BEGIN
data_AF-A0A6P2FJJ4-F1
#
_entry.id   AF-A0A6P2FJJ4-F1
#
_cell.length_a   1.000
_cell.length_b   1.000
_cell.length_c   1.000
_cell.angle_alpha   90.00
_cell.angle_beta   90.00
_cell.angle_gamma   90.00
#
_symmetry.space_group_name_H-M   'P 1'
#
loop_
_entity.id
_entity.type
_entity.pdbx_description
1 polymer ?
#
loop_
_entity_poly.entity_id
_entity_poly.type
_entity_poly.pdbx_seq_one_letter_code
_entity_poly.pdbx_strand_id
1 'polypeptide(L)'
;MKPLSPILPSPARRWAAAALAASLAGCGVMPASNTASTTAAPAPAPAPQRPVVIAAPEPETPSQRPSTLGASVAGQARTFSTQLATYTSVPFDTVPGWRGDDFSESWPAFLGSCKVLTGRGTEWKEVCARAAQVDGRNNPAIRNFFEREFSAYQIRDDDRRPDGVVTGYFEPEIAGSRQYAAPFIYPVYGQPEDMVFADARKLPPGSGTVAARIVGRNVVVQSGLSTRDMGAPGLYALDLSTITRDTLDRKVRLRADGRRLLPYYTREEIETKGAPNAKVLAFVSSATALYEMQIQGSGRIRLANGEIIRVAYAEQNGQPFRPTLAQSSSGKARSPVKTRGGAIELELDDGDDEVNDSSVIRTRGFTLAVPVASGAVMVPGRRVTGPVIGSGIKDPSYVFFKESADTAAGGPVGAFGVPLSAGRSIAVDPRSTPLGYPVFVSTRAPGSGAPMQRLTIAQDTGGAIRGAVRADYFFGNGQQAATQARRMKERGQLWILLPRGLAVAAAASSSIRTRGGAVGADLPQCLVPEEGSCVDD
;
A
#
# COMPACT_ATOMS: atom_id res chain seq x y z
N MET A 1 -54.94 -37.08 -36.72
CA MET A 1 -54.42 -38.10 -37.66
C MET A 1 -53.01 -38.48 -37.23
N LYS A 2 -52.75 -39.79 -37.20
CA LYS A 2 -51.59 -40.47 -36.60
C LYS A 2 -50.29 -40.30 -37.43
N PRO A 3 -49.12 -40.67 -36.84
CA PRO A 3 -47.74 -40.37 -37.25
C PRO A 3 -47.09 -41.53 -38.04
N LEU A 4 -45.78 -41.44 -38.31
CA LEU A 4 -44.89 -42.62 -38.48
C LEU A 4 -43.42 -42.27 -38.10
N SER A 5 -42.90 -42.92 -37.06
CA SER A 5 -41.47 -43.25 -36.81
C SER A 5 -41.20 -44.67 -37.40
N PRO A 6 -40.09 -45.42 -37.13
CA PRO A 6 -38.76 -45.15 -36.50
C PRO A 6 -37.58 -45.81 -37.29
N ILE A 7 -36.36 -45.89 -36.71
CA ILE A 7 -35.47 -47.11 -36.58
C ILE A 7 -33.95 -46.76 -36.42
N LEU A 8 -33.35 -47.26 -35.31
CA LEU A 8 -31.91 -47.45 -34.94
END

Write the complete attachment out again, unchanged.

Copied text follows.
data_AF-A0A6P2FJJ4-F1
#
_entry.id   AF-A0A6P2FJJ4-F1
#
_cell.length_a   1.000
_cell.length_b   1.000
_cell.length_c   1.000
_cell.angle_alpha   90.00
_cell.angle_beta   90.00
_cell.angle_gamma   90.00
#
_symmetry.space_group_name_H-M   'P 1'
#
loop_
_entity.id
_entity.type
_entity.pdbx_description
1 polymer ?
#
loop_
_entity_poly.entity_id
_entity_poly.type
_entity_poly.pdbx_seq_one_letter_code
_entity_poly.pdbx_strand_id
1 'polypeptide(L)'
;MKPLSPILPSPARRWAAAALAASLAGCGVMPASNTASTTAAPAPAPAPQRPVVIAAPEPETPSQRPSTLGASVAGQARTFSTQLATYTSVPFDTVPGWRGDDFSESWPAFLGSCKVLTGRGTEWKEVCARAAQVDGRNNPAIRNFFEREFSAYQIRDDDRRPDGVVTGYFEPEIAGSRQYAAPFIYPVYGQPEDMVFADARKLPPGSGTVAARIVGRNVVVQSGLSTRDMGAPGLYALDLSTITRDTLDRKVRLRADGRRLLPYYTREEIETKGAPNAKVLAFVSSATALYEMQIQGSGRIRLANGEIIRVAYAEQNGQPFRPTLAQSSSGKARSPVKTRGGAIELELDDGDDEVNDSSVIRTRGFTLAVPVASGAVMVPGRRVTGPVIGSGIKDPSYVFFKESADTAAGGPVGAFGVPLSAGRSIAVDPRSTPLGYPVFVSTRAPGSGAPMQRLTIAQDTGGAIRGAVRADYFFGNGQQAATQARRMKERGQLWILLPRGLAVAAAASSSIRTRGGAVGADLPQCLVPEEGSCVDD
;
A
#
# COMPACT_ATOMS: atom_id res chain seq x y z
N MET A 1 -54.94 -37.08 -36.72
CA MET A 1 -54.42 -38.10 -37.66
C MET A 1 -53.01 -38.48 -37.23
N LYS A 2 -52.75 -39.79 -37.20
CA LYS A 2 -51.59 -40.47 -36.60
C LYS A 2 -50.29 -40.30 -37.43
N PRO A 3 -49.12 -40.67 -36.84
CA PRO A 3 -47.74 -40.37 -37.25
C PRO A 3 -47.09 -41.53 -38.04
N LEU A 4 -45.78 -41.44 -38.31
CA LEU A 4 -44.89 -42.62 -38.48
C LEU A 4 -43.42 -42.27 -38.10
N SER A 5 -42.90 -42.92 -37.06
CA SER A 5 -41.47 -43.25 -36.81
C SER A 5 -41.20 -44.67 -37.40
N PRO A 6 -40.09 -45.42 -37.13
CA PRO A 6 -38.76 -45.15 -36.50
C PRO A 6 -37.58 -45.81 -37.29
N ILE A 7 -36.36 -45.89 -36.71
CA ILE A 7 -35.47 -47.11 -36.58
C ILE A 7 -33.95 -46.76 -36.42
N LEU A 8 -33.35 -47.26 -35.31
CA LEU A 8 -31.91 -47.45 -34.94